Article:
June 24, 2014 | FAH Hospital Policy Blog
Category: Realignment, Uncategorized
A recent post in The New York Times’ “The Upshot” blog by Boston University health economist Austin Frakt assesses the impact of large provider organizations on the American health care system and consumers. This offers the latest example of academia clinging to and reciting misconceptions about provider consolidation and realignments that are outdated – and in some cases – altogether incorrect.
It is a mistake to rely on studies of realignments based on market conditions in the 1990s as apropos or relevant examples of the current market and state of health care. Contemporary studies and reports on realignment show many of the claims based upon 1990s market conditions no longer hold weight. Earlier this year, the FAH commissioned a report from FTI Consulting’s Center for Healthcare Economics and Policy to perform a comprehensive review of the state of hospital consolidation today.
The Center’s report surveyed 75 studies and 36 primary sources, all pertaining to recent realignments. What it finds is a reality far different from the claims from critics:
Significant Community Benefits: Perhaps the most surprising finding—The Center’s report states that realignments create marked community benefits such as expansion of services, improved service offerings and quality of care, sustained and necessary investment in technology, facilities and health IT, and prevention of hospital closures that, in turn, maintain access to emergency and many other hospital services. These benefits, overlooked in all previous assessments of realignments, are in fact providing a better health care model for consumers.
Hospital Prices: The largest misconception linked to realignment is that it increases hospital prices. The Center’s report found no consistent statistical relationship between realignment and prices. The claims of price hikes for consumers with realignment have no direct correlations based on contemporary mergers, consolidations and realignments.
Market Power: Second to assertions of price increases is the claim of increased market power for hospitals and elimination of competition in markets where realignments take place. Much to the contrary, the Center’s analysis showed that the vast majority of mergers do not impede market competition.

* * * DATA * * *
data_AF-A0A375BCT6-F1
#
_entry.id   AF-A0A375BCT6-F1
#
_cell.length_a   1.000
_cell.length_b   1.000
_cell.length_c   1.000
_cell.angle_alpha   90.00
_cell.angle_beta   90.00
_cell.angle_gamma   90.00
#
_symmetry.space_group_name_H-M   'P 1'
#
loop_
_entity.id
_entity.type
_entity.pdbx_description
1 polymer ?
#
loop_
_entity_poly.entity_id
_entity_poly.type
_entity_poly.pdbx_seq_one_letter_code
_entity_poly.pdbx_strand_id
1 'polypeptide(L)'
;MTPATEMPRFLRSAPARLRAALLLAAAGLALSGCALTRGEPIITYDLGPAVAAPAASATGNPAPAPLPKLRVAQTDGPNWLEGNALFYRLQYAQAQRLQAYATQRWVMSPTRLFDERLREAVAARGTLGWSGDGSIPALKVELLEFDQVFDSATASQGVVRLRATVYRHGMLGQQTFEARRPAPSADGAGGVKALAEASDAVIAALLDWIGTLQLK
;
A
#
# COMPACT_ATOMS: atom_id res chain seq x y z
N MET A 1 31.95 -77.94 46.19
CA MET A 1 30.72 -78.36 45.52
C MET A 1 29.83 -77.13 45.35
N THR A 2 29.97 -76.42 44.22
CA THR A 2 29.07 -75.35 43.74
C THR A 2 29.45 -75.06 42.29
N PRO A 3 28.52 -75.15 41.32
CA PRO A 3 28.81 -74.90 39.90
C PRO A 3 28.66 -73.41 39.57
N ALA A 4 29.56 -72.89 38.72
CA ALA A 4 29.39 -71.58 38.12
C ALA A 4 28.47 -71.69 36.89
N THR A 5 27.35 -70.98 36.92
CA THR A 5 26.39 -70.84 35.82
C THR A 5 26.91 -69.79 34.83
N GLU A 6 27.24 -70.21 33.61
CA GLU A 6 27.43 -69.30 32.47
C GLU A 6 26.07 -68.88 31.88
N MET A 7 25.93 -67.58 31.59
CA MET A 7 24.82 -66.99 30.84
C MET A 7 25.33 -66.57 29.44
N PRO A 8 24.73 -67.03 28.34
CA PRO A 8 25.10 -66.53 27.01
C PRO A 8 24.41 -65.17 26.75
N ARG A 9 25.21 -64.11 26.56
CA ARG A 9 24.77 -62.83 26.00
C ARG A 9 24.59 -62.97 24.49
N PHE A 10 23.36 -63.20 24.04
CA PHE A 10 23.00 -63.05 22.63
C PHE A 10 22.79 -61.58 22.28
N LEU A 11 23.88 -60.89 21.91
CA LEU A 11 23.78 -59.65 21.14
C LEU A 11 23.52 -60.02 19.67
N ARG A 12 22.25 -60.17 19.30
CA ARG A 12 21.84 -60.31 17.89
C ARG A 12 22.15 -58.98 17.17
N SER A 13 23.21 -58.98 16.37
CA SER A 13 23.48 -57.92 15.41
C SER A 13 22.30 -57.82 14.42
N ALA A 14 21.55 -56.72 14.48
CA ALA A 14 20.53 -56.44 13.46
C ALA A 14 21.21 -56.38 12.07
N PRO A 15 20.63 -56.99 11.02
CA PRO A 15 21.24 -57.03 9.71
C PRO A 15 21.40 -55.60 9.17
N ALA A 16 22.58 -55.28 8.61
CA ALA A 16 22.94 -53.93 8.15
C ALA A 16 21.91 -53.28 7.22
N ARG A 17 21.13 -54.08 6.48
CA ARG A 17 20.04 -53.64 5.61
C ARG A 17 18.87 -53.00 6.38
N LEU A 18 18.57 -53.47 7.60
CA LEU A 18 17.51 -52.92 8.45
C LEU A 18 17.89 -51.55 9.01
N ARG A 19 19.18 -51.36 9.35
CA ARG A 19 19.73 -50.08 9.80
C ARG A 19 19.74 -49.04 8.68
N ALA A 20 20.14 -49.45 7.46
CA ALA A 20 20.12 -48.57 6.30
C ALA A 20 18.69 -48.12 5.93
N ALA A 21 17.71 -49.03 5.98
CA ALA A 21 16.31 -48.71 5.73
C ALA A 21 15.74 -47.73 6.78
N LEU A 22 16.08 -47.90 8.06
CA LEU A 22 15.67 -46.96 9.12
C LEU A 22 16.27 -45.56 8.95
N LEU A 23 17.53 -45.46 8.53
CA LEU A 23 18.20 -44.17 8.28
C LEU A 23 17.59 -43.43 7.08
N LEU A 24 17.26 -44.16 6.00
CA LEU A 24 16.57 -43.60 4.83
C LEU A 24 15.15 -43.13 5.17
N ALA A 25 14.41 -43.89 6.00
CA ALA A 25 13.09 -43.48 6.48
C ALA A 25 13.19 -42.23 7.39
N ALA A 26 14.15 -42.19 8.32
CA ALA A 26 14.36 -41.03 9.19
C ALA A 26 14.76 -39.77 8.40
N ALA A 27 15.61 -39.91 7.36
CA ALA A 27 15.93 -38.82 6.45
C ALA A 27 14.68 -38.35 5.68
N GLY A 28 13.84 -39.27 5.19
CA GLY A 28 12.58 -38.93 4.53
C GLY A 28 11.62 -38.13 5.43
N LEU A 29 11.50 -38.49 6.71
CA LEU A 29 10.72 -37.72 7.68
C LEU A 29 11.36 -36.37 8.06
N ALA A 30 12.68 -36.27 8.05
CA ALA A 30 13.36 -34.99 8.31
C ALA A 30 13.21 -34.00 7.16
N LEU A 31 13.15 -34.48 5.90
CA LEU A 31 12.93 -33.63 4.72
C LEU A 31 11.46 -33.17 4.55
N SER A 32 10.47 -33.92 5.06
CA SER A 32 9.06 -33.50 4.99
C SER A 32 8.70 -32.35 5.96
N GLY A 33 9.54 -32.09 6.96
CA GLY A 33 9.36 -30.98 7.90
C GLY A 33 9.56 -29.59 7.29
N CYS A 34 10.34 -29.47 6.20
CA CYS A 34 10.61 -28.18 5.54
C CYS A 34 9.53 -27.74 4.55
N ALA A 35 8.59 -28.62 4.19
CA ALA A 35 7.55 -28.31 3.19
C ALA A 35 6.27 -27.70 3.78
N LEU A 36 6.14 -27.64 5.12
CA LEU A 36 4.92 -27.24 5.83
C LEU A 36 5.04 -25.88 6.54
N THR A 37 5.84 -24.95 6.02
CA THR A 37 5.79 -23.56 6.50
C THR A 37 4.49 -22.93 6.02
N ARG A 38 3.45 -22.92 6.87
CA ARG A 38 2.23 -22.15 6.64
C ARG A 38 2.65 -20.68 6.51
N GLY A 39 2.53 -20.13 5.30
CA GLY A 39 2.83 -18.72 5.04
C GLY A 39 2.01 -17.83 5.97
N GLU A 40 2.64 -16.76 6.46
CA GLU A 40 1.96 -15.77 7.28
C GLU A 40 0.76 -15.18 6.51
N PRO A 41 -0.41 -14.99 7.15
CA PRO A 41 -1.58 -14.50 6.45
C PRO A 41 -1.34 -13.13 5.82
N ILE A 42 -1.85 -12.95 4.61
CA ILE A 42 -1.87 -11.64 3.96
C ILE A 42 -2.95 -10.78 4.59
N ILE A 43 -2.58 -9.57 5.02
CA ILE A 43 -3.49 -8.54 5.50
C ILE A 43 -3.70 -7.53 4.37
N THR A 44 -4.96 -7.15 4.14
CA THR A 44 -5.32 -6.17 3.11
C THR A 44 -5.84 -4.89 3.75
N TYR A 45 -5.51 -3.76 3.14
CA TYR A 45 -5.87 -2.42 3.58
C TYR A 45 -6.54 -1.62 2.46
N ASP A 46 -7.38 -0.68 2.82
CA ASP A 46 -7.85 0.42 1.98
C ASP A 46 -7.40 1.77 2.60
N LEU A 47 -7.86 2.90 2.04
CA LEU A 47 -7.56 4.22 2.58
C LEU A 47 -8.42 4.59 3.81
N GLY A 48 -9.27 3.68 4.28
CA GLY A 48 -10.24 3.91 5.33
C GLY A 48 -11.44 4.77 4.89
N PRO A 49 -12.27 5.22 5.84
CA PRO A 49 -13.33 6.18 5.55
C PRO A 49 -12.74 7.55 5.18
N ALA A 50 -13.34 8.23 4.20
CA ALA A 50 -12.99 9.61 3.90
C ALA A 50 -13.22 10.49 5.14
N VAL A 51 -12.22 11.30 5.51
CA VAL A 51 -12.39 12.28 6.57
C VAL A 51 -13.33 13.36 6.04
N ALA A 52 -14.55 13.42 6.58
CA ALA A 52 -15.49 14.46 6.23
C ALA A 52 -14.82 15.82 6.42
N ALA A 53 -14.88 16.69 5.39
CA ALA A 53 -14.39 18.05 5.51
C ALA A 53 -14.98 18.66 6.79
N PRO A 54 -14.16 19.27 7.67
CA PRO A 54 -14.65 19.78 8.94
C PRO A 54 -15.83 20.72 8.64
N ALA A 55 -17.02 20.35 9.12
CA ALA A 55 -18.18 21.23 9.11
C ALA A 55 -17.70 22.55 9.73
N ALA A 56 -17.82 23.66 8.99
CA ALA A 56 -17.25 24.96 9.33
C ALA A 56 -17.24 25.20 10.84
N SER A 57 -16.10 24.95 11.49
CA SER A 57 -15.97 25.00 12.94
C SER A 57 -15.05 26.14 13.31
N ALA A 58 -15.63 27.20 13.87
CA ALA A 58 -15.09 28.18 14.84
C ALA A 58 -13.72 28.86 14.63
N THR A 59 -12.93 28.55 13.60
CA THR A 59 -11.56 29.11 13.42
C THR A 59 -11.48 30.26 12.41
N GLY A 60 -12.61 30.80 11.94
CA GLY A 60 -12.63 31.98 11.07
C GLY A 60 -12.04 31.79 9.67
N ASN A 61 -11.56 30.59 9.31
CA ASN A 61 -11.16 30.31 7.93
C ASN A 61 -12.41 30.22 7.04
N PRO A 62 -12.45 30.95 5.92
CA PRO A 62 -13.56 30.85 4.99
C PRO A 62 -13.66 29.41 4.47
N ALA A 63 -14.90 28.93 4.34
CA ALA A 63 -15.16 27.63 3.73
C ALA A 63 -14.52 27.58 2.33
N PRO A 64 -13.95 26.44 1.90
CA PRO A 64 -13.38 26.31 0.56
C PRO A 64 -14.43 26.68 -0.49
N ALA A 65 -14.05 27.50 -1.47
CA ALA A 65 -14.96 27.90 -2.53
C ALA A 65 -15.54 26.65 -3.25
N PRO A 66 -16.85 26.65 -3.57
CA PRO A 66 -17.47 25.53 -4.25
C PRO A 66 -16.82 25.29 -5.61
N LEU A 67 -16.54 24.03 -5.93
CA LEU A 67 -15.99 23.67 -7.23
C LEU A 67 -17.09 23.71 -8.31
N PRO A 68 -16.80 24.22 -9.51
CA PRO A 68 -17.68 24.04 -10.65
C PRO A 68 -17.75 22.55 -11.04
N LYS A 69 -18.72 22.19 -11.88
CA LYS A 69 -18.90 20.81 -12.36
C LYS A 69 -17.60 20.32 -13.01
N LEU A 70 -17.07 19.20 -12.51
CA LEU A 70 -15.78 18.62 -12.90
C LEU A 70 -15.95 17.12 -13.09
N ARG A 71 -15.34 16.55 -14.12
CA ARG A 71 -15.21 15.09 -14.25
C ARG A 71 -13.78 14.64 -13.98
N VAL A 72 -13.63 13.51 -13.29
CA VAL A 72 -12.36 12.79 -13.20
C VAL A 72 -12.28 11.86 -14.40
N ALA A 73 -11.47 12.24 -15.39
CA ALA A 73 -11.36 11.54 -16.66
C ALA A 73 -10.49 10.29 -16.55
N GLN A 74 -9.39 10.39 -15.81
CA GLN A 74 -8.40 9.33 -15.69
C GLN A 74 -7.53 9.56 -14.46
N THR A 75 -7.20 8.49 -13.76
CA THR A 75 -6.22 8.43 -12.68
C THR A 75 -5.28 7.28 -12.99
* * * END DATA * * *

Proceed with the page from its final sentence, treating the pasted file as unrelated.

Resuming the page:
WHY? Old Data. The root of these misconceptions perpetuated over time lies with the data sourced for the claims. It turns out the majority of critics railing against hospital realignments are taking a page from the same book, filled with 20+ year old data. The economic environment and the state of health care in the 1990s is so vastly different from today – trying to equate that data and those experiences to what we are living right now is what drives these errors and misconceptions even in 2014.
REALITY: Market conditions today are responding to key drivers behind realignments. The Center’s study assesses the drivers behind realignments today. The nation’s health care landscape is shifting toward integrated systems and coordinated care to create sustainable market conditions for hospital care and services. It is this transition of the health care model in conjunction with other factors, including substantial public sector reductions in hospital funding, which necessitates many of these realignments – hospitals must adapt to survive and continue serving their patients.
In addition, price growth in health care generally, including hospitals, has been in a steady decline for years. And this decline, which remains near historic lows, has occurred during the same period in which there has been a great deal of hospital realignment. Underscoring this trend, the Altarum Institute’s May 8, 2014, report states that “[w]hile analysts continue to express concern about the potential pricing power from provider consolidation, there is, as yet, scant evidence of this.”
When we assess policy trends, we must look forward. Looking back nearly 25 years will not paint an apt picture of the reality we know now. It is imperative for experts and other industry leaders to look towards contemporary, comprehensive reports for appropriate data and analysis. Recycling claims based on decades-old data does not serve the consumer and does not speak to the reality of healthcare today.